Every Thursday, Reza Afisina and Iswanto Hartono teach at the University of Fine Arts (HFBK) in Hamburg, on the second floor of the brick building on the Kuhmühlenteich. Her studio allows a view of the interior through a glass wall, the door of the room is always open. On this morning in November, Hartono is standing in front of the 20 students, Afisina is sitting next to him, and together they are discussing their “idea of non-hierarchical collectivity and social networking” in the group. At least that's what they tell WELT AM SONNTAG later, direct participation is not allowed. It's about society and aesthetics, about art in general.
At the beginning of the semester in October, the guest professorship triggered a public protest, because Afisina and Hartono are members of the Ruangrupa curator collective, which was responsible for this year's Documenta and exhibited works with anti-Semitic imagery, including Jews with a pig's head. The Indonesian group is also accused of being close to the BDS movement, which calls for a cultural, scientific and economic boycott of Israel. In the meantime, however, the public outcry over the fact that two suspected anti-Semites are teaching at a German university has all but died down. Why is that? A search for clues between expressed horror and the attempt to conduct a dialogue.
From the point of view of the President of the German-Israeli Society, Volker Beck, the answer to the question why is simple: "I'm afraid because anti-Israel anti-Semitism is like a fish in the water of the German cultural scene," says the long-standing member of the Bundestag for the Greens - and explains: “Be it Günter Grass or Martin Walser, Ruangrupa at the Documenta or Achille Mbembe at the Ruhrtrienale, the Munich Metropoltheater, cartoonist Dieter Hanitzsch or cabaret artist Lisa Fitz – anti-Semitism is accepted if it disguises itself as criticism of Israel or capitalism.”
The city's anti-Semitism commissioner, Stefan Hensel, describes the case of the Hamburg visiting professors as "the phenomenon of sitting out, which the management of the Academy of Fine Arts obviously has a good command of". According to Hensel, the facts have not changed. Both professors are still considered BDS-related. "It's an interesting question why nobody gets upset about it anymore," says Hensel. He believes: "Because it is about discrimination against Jews." It is also socially unclear "that anti-Semitism is nothing more than hatred of Jews".
Daniel Sheffer, a member of the Jewish community, is even clearer. "When right-wing extremists insult Jews, we call it anti-Semitism. When academics present Jews as pigs, is it chocolate cake with cream? No, it's the same anti-Semitic filth that the HFBK is now making room for,” laments Sheffer.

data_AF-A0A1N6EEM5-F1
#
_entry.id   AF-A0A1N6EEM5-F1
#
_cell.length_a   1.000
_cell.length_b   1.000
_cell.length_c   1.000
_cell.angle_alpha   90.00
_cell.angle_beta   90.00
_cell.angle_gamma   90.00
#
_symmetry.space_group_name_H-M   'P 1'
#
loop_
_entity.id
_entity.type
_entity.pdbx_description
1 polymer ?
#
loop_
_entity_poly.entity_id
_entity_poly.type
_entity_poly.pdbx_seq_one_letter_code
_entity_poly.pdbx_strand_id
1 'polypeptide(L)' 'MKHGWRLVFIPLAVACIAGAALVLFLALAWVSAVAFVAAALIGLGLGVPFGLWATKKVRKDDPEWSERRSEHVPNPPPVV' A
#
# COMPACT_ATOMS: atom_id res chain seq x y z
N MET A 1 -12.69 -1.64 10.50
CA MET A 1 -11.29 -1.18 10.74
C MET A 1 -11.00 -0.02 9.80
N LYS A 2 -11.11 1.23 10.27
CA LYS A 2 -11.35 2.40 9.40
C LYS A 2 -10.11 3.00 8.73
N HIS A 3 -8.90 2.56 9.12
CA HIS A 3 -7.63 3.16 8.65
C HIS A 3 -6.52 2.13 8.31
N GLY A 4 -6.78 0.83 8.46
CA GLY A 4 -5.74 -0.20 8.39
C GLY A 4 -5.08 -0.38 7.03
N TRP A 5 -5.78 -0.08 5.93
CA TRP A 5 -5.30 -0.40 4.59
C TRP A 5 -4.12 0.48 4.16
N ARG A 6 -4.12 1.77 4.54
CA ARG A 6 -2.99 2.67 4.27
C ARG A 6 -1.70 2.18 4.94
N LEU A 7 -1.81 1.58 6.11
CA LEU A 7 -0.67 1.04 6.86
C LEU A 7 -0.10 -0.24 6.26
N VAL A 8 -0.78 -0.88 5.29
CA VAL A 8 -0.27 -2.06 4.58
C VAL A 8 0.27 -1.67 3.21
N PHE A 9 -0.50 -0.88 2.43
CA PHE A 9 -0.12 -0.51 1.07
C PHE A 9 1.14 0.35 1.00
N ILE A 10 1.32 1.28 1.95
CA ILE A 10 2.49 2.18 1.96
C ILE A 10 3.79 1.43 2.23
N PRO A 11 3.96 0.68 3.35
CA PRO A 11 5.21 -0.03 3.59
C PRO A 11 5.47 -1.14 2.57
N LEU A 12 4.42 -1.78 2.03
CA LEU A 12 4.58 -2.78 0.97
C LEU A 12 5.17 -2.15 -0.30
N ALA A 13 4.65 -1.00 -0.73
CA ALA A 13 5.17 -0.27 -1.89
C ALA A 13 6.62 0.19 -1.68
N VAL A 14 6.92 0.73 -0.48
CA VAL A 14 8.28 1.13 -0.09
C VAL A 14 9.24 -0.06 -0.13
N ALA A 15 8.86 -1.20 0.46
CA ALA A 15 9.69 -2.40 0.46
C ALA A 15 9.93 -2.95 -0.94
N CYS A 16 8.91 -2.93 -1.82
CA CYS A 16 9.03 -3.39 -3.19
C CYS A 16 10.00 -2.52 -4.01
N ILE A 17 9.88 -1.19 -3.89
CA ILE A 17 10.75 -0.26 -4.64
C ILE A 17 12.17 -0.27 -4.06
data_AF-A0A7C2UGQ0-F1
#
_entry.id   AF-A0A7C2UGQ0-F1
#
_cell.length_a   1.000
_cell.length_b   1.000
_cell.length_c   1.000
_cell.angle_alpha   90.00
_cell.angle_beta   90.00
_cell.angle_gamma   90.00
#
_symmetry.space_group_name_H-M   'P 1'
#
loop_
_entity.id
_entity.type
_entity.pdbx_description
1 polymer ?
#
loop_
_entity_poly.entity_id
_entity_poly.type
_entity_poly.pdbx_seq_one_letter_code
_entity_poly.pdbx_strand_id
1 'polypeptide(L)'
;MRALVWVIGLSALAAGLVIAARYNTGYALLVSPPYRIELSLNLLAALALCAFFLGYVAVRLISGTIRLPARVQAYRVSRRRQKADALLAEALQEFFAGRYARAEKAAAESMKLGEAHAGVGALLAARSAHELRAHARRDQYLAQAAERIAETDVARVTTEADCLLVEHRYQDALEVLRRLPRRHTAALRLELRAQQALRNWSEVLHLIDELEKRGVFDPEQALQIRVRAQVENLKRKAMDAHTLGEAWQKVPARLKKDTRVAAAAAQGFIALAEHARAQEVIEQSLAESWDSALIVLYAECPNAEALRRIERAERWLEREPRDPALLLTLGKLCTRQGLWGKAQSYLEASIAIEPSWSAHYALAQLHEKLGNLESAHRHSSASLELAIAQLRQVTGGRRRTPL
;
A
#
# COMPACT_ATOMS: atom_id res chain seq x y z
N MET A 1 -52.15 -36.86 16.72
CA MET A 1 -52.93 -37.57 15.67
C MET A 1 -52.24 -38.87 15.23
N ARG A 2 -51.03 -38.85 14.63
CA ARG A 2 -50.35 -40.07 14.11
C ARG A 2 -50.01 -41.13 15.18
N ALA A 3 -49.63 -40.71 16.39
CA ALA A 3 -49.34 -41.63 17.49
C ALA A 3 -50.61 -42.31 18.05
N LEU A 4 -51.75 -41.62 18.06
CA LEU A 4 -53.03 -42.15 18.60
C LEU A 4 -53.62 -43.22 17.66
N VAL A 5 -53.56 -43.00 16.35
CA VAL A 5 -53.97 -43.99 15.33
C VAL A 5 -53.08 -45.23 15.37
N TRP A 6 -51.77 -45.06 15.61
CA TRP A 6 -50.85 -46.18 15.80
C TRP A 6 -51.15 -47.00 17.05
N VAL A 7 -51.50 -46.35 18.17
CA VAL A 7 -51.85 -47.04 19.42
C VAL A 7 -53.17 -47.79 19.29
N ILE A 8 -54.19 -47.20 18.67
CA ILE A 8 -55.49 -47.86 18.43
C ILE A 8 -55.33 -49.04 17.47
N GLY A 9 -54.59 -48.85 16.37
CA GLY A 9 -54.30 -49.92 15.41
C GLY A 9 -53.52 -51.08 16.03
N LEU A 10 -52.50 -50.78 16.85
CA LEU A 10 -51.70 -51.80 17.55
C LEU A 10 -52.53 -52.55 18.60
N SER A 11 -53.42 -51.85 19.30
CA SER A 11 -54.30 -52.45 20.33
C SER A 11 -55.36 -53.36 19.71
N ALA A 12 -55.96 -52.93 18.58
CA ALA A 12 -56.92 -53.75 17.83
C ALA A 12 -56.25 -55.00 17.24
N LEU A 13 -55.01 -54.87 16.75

There, on site, one floor below Afisina's and Hartono's studio, the university management asked for an interview in the presidential office. Vice-President Bettina Uppenkamp and Professor of Art Education Nora Sternfeld have taken their places next to President Martin Köttering. At the HFBK, 900 students research the fine arts in painting, sculpture, film, media, design and stage. "What is putting us under pressure right now," Köttering describes his mood, "is a publicly formulated attitude that pillories the entire HFBK institution." The fact that the university is accused of promoting anti-Semitic ideas under the guise of artistic freedom is "extremely bizarre" - especially against the background of how critical the HFBK deals with racism, diversity and identity politics.
Köttering does not understand the horror at the presence of the two guest professors at his university. Afisina and Hartono had "convincingly demonstrated that they are not anti-Semites", which is why the HFBK is "going into a critical discussion with them about what happened at the Documenta", says Köttering, justifying the adherence to the personnel. Vice President Uppenkamp also points out that Afisina and Hartono did not sign any BDS declarations, but did sign the open letter "A letter against Apartheid". The goals formulated in the paper are very similar to those of the BDS movement.
According to Köttering, however, there is an obligation for teaching and research to also pursue explosive issues in the context of the fine arts. "Academic freedom is constitutionally protected for good reason," emphasizes the HFBK President. Art mediator Sternfeld, who will be a Documenta professor in Kassel until 2020, says: “Anti-Semitism in the field of art is a topic that doesn’t just affect the documenta. Anti-Semitism still exists, we have to take this aspect seriously.” That is why the HFBK is inviting people to a public conference in February, in which the two controversial guest professors will also take part. "We face the issue with the people, scientifically and artistically," emphasizes Sternfeld.